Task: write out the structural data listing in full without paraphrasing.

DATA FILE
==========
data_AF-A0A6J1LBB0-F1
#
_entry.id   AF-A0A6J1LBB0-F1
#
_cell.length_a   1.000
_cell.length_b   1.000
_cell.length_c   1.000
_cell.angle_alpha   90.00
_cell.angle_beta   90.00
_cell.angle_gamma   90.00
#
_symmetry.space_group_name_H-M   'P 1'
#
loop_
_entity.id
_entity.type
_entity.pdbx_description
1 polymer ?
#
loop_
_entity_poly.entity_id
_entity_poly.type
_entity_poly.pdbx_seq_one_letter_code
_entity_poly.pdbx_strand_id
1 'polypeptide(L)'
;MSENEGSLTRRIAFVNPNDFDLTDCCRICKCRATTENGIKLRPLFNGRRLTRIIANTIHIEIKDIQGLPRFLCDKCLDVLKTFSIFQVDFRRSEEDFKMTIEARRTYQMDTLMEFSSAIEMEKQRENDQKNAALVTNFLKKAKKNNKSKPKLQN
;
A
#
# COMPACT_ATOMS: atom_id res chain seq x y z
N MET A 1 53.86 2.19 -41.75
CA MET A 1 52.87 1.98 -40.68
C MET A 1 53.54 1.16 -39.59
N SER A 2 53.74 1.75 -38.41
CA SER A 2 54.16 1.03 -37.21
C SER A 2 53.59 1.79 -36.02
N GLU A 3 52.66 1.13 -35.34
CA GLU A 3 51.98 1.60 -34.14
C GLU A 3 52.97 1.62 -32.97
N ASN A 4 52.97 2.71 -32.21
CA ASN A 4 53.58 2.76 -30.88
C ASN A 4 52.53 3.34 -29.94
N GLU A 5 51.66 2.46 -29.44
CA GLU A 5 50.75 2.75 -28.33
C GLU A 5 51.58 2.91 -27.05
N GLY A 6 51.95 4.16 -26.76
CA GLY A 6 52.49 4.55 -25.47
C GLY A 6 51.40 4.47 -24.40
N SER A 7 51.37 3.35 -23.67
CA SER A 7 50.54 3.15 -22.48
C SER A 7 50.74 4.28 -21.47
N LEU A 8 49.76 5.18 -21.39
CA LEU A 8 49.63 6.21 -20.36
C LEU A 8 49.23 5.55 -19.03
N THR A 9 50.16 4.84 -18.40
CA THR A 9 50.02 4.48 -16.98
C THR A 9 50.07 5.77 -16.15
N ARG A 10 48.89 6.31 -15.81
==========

data_AF-A0A6J1LBB0-F1
#
_entry.id   AF-A0A6J1LBB0-F1
#
_cell.length_a   1.000
_cell.length_b   1.000
_cell.length_c   1.000
_cell.angle_alpha   90.00
_cell.angle_beta   90.00
_cell.angle_gamma   90.00
#
_symmetry.space_group_name_H-M   'P 1'
#
loop_
_entity.id
_entity.type
_entity.pdbx_description
1 polymer ?
#
loop_
_entity_poly.entity_id
_entity_poly.type
_entity_poly.pdbx_seq_one_letter_code
_entity_poly.pdbx_strand_id
1 'polypeptide(L)'
;MSENEGSLTRRIAFVNPNDFDLTDCCRICKCRATTENGIKLRPLFNGRRLTRIIANTIHIEIKDIQGLPRFLCDKCLDVLKTFSIFQVDFRRSEEDFKMTIEARRTYQMDTLMEFSSAIEMEKQRENDQKNAALVTNFLKKAKKNNKSKPKLQN
;
A
#
# COMPACT_ATOMS: atom_id res chain seq x y z
N MET A 1 53.86 2.19 -41.75
CA MET A 1 52.87 1.98 -40.68
C MET A 1 53.54 1.16 -39.59
N SER A 2 53.74 1.75 -38.41
CA SER A 2 54.16 1.03 -37.21
C SER A 2 53.59 1.79 -36.02
N GLU A 3 52.66 1.13 -35.34
CA GLU A 3 51.98 1.60 -34.14
C GLU A 3 52.97 1.62 -32.97
N ASN A 4 52.97 2.71 -32.21
CA ASN A 4 53.58 2.76 -30.88
C ASN A 4 52.53 3.34 -29.94
N GLU A 5 51.66 2.46 -29.44
CA GLU A 5 50.75 2.75 -28.33
C GLU A 5 51.58 2.91 -27.05
N GLY A 6 51.95 4.16 -26.76
CA GLY A 6 52.49 4.55 -25.47
C GLY A 6 51.40 4.47 -24.40
N SER A 7 51.37 3.35 -23.67
CA SER A 7 50.54 3.15 -22.48
C SER A 7 50.74 4.28 -21.47
N LEU A 8 49.76 5.18 -21.39
CA LEU A 8 49.63 6.21 -20.36
C LEU A 8 49.23 5.55 -19.03
N THR A 9 50.16 4.84 -18.40
CA THR A 9 50.02 4.48 -16.98
C THR A 9 50.07 5.77 -16.15
N ARG A 10 48.89 6.31 -15.81